“The goal is to turn the light off for complete relaxation,” Glenn says. “When the music comes back on an hour later that’s the cue that the float’s over.”

 Adds Glenn, “You’re going to stretch and move and pop; you’re probably going to pop like you’ve never popped. Turn the light back on, exit the pod, take a quick shower, get dressed, and you’re on your way. It’s that simple.”

I went floating myself in order to more effectively describe the experience to Journal readers. I found it to be more relaxing than any massage I’ve ever had. I enjoyed it so much that I went back again a couple of days later. In addition to the relaxation factor, what I appreciate about the float pod is the privacy it affords.

Glenn says couples frequently enter the spa wanting to float together. But he’s absolutely right when he tells them that the point of floating is for the individual to have solitude and to unwind. After my time spent in the pods, I completely agree. Floating is an experience that is going to become commonplace for me.

All three pods at Renew Float Spa have expansive filtration systems daily producing clean water. Glenn says the advanced filtration systems allow for the water to only be changed once a year.

Floating can be a challenge, he says, for those who suffer from claustrophobia. He recommends not having too big a meal before floating and to not have had alcohol before floating.

Glenn thinks he’s created a business that’s much less stressful for him than his prior business.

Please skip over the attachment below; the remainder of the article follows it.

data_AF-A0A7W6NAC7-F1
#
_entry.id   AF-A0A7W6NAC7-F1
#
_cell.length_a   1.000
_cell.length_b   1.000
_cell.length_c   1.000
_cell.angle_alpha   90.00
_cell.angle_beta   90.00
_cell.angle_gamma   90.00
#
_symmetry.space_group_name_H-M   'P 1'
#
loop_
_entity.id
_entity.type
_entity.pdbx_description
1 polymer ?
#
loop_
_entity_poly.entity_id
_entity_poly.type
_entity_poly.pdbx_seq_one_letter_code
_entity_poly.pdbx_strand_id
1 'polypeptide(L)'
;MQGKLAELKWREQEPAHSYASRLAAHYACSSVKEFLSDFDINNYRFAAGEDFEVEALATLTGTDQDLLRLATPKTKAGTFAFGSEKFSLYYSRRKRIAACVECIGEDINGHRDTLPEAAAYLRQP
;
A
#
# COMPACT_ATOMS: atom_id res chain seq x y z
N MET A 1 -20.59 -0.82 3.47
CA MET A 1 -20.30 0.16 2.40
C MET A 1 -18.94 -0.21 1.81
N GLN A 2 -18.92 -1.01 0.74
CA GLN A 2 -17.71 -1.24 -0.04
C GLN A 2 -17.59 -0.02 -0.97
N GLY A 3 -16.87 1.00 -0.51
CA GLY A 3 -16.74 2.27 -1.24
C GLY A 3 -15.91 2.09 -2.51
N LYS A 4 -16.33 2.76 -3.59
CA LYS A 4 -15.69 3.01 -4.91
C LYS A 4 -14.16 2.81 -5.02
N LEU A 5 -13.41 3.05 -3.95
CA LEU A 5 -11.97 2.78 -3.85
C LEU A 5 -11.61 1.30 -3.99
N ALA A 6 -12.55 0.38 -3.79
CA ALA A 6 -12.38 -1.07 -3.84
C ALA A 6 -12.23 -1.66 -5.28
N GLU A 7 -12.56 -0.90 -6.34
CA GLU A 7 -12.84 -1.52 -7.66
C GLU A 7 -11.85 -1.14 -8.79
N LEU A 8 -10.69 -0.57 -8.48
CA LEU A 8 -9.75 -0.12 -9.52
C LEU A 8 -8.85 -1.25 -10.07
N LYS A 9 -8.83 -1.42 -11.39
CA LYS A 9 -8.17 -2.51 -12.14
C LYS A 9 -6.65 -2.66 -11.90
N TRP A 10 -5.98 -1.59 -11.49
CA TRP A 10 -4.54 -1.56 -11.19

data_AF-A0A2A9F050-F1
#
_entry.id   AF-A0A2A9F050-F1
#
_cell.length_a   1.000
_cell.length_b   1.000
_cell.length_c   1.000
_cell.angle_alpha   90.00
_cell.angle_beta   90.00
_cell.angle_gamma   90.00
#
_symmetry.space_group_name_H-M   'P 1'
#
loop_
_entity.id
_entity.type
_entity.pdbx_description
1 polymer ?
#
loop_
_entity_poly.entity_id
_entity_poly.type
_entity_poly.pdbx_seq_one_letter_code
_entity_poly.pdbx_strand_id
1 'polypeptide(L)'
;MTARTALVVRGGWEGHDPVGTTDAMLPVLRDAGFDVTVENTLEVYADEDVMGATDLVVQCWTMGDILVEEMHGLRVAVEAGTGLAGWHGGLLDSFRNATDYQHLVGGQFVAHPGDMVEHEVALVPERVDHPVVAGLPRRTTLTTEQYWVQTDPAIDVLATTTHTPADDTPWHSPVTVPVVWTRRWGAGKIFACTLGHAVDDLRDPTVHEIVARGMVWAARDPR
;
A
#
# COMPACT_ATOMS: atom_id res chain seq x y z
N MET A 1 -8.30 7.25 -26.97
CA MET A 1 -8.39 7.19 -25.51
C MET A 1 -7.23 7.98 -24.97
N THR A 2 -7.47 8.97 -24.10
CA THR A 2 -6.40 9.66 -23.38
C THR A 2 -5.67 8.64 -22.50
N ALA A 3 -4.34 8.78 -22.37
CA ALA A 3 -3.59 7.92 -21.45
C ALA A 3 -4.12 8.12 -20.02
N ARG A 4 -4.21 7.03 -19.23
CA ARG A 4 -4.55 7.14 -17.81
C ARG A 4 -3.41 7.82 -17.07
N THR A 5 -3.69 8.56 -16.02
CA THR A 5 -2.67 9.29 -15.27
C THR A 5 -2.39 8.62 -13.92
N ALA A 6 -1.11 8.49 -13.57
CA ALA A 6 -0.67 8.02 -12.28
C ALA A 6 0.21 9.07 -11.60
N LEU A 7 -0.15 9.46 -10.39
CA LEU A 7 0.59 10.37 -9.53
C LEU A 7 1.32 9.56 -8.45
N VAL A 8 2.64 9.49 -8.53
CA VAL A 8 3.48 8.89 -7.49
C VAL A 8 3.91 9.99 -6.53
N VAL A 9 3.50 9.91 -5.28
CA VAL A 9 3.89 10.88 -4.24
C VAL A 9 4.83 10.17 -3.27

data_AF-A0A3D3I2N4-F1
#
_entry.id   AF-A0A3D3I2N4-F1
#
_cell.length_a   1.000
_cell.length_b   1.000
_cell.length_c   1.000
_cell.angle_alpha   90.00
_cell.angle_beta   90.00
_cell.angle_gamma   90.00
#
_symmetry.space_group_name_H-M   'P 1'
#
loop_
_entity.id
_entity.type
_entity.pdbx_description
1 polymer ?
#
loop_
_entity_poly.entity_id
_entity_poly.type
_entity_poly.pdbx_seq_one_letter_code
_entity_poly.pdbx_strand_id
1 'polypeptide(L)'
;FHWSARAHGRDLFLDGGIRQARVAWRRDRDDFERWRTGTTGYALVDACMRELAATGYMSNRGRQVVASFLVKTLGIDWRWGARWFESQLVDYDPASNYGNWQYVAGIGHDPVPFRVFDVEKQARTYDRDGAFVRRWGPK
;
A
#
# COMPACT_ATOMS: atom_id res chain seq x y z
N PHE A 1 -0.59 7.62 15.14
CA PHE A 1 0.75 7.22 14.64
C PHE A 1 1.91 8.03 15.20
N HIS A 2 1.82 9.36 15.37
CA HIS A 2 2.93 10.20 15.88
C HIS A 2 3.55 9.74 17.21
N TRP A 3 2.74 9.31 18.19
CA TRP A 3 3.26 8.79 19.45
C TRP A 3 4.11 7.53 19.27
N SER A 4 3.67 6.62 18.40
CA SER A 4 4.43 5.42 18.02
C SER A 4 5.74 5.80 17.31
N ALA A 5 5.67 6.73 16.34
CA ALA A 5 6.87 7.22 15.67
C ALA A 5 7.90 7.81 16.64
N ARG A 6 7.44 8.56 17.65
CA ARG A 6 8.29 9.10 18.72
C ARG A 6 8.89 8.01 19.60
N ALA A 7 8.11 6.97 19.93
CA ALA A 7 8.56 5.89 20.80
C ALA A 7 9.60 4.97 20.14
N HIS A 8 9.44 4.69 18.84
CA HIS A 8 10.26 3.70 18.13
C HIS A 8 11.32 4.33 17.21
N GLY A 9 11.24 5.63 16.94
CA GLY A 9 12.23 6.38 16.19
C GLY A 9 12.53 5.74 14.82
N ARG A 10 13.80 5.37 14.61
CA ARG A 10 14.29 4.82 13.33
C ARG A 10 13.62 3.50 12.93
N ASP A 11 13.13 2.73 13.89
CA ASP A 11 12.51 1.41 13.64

In 2005, Glenn started Platinum TownCar Service, a sedan transportation company that catered to business-class travelers in and out of Spokane.

“It was literally a 24-hour-a-day job, and by the end it was running me. I wasn’t running it,” Glenn says.

In 2013, Glenn, now 48, went to Southern California to visit a former high school classmate for a vacation. Glenn, who describes the former classmate as a “total hippie,” says his friend looked at him and said, “Dude, you need to float.”

Glenn says he was the heaviest he’d ever been in his life and also was suffering from high blood pressure. He says he was leery of floating once his friend explained it to him. 

“I’m skeptical of everything. I don’t know too many people more skeptical than me,” he says.

He says he became a believer in the benefits of floating on his second float, two days after his first one.

“I got out, and for the first time in probably my whole life, I had no neck and shoulder pain. Right there is when I decided I want to run a float business,” he says.

After selling the transportation company, Glenn says he spent a year researching floating, attending seminars in Portland and Seattle to learn more about how to start a floating business. He then went through an apprenticeship program learning how to help people get the most out of their floating experience.

Glenn says it often takes a second float visit for customers to truly relax and appreciate the benefits of what it has to offer.

Despite the comfort that floating offers, Glenn says many people struggle while doing it.

“The hardest part for people to relax is head and shoulders because our bodies are never in a position of not supporting ourselves,” Glenn says.

“People will often lay there not really knowing they’re holding their head up. The objective is to relax your head all the way back and take the pressure off your neck muscles,” he says.

Glenn says he’s a Type A personality who for most of his life has struggled to relax. He understands how challenging floating can be for clients like himself.

“When I really stop and think about it, floating has changed my life,” he says.

 Kevin Blocker
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Reporter Kevin Blocker, a University of Colorado alum, is a rec league basketball addict. At age 47, he still sports a 32-inch vertical leap. He has three children, all of whom are hooked on hoops.